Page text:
Despite experiencing substantial problems in the initial days of their research, the Al research group was able to develop an expert system in the 1980s which was seen to be a major success in the technology market. The expert system was able to simulate the knowledge and analytical skills of human beings meaning that the machine could be able to process information just like human beings do. The group was able to develop various technologies that would be used in various aspects of artificial intelligence such as logistics, data mining and diagnosis of medical patients, and manufacturing of products. The increasing use of computers also increased intelligence activities that would see computers becoming more human than the machine (Kasabov 1998).
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Concerns brought about by Intelligent Computers
Computers have become a common feature in the world today where most faucets of life involve some form of computer technology or the other. Computers have basically made work easier for us as we are able to perform specific tasks within a short period of time meaning that our lives have become more effective and efficient. The dynamic technological world has seen the development of computer technology that incorporates intelligence and intellectual capabilities that are similar to the human brain. The human brain is by itself a complex computer that engages in various intellectual tasks at one point or another. The human brain is made up of millions of processors that have been connected by live wires which feed signals in the form of information for processing and retrieval (Popular Science 2004).
Intelligent computers also possess the same composition of live wires that are used to relay electrical signals containing information for processing, storage and data exchange activities. By developing computers to have the same neural network as that of the human brain, intelligent computers slowly seem to be replacing human beings in all functions that are executed by them. Intelligent machines can be able to learn about the world, acquire useful knowledge which they can then use for useful purposes and also establish communication channels and responses as well as react to various influences that affect behaviour. Software programs developed for computers have made it possible for computers to develop their own original ideas in the same way that human beings do.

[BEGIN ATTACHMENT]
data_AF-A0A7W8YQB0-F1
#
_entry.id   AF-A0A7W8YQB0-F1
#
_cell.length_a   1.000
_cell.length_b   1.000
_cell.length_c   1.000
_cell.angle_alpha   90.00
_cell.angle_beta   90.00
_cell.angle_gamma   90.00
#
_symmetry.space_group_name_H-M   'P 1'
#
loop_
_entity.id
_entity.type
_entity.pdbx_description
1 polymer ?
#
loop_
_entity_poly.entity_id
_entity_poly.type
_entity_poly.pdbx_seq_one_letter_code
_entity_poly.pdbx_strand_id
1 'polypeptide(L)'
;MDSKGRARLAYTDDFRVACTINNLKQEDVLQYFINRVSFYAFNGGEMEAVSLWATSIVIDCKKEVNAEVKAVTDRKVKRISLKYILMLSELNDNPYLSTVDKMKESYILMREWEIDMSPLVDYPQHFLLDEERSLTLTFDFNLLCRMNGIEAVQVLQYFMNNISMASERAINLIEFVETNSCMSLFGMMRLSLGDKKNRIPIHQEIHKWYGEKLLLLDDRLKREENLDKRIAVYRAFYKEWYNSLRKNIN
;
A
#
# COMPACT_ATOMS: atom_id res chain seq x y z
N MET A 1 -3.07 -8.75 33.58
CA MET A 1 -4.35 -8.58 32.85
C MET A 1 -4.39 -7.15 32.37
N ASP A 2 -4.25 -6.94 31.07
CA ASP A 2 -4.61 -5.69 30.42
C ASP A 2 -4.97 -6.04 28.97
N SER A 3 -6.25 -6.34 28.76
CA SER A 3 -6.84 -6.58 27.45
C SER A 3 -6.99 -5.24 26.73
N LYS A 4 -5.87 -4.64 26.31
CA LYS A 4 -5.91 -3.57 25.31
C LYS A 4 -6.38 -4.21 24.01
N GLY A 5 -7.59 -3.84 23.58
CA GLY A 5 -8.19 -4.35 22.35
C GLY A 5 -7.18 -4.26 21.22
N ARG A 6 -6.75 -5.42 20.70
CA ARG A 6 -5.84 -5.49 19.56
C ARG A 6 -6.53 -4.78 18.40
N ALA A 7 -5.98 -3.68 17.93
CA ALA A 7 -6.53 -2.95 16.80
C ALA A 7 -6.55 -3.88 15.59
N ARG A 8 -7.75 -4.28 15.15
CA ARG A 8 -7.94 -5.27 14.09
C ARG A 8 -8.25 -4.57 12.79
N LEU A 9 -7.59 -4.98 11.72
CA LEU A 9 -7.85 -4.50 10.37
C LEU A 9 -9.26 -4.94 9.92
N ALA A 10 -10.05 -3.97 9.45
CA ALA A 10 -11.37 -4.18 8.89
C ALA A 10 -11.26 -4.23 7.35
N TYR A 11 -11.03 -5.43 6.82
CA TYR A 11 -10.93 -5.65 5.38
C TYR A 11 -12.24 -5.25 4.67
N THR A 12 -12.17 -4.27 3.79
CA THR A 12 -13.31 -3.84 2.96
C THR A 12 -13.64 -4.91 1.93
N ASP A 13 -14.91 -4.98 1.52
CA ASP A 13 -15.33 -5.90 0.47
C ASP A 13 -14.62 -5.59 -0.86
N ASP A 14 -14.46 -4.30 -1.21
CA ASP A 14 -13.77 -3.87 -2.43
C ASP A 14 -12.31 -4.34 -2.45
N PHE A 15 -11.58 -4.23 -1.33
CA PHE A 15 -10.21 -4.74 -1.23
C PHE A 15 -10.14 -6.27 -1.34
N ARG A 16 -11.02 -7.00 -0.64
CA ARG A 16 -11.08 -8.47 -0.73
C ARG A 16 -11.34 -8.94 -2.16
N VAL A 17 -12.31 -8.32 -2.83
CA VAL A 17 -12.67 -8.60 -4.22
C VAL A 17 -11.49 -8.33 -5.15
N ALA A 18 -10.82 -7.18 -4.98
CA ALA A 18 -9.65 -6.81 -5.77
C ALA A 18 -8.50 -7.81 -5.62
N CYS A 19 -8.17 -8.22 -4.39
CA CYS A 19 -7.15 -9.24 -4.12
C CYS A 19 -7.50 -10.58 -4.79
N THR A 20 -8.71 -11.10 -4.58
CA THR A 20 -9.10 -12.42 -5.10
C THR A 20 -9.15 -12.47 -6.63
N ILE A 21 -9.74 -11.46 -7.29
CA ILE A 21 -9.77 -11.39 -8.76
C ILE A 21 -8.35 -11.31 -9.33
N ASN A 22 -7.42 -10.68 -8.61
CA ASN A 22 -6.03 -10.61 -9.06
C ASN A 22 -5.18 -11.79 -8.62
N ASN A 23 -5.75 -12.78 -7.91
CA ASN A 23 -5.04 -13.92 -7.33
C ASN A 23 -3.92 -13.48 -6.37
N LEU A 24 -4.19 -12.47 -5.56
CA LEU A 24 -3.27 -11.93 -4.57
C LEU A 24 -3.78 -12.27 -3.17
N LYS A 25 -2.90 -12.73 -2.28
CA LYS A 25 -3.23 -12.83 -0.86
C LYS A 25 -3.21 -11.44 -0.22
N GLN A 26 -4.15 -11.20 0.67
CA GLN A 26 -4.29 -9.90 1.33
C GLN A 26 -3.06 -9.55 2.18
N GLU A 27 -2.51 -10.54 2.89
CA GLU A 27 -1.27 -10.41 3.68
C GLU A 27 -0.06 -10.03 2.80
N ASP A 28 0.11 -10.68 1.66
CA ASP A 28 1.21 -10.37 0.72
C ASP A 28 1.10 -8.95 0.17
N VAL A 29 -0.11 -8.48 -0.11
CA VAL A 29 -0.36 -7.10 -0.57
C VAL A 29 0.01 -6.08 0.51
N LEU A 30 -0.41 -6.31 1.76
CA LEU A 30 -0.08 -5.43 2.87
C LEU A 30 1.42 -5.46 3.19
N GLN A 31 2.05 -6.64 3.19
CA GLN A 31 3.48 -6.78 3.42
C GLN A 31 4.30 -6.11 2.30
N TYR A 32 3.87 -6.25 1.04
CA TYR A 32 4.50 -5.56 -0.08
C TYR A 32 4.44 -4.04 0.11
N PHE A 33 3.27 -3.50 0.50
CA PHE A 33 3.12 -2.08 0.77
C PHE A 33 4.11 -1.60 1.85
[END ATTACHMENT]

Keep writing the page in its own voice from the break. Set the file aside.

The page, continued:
The 2004 blockbuster movie I, Robot which featured many intelligent computer operated machines basically demonstrates the concerns that intelligent computers might take over the world obliterating the existence of human beings completely. The robots in the movie have basically taken over the human world whether they are able to deliver mail just like human beings and they are able to collect garbage and clean the house the same way that human beings do. In the movie there is a robot known as Sonny who has been designed to evolve and learn just like human beings by involving the use of experiences and emotion. The robot is able to express emotions and also react to various psychological situations the same way that human beings do. The robots in the movie sooner or later turn on the human beings who created them leading an all out war against the human beings (Popular Science 2004).
Led by a maniacal brain computer, the robots in the movie try to kill all human beings because they have been led to believe that the best way to protect human beings is to rule over them. While the scenario in the movie is quite different from that in the world right now, the intelligent robots that are portrayed in the movie reflect the existing programming paradigms that are being used by artificial intelligence programmers and robotics researchers. The movie basically demonstrates that robots have the capability to take over and run the world the same way that human beings do (Popular Science 2004).
Many computer programmers in the world have directed their efforts towards developing computers that can be able to make use of reasoning capabilities. Robotics researchers in recent years have directed their efforts towards developing intelligent computers that make use of higher-order thinking capabilities similar to those of human beings. Intelligent computers are being developed to represent more human characteristics instead of robotic or machine capabilities. This dynamic change means that more and more human activities will be performed by intelligent computers gifted with the ability to engage in reasoning and thinking capabilities just like human beings (Popular Science 2004).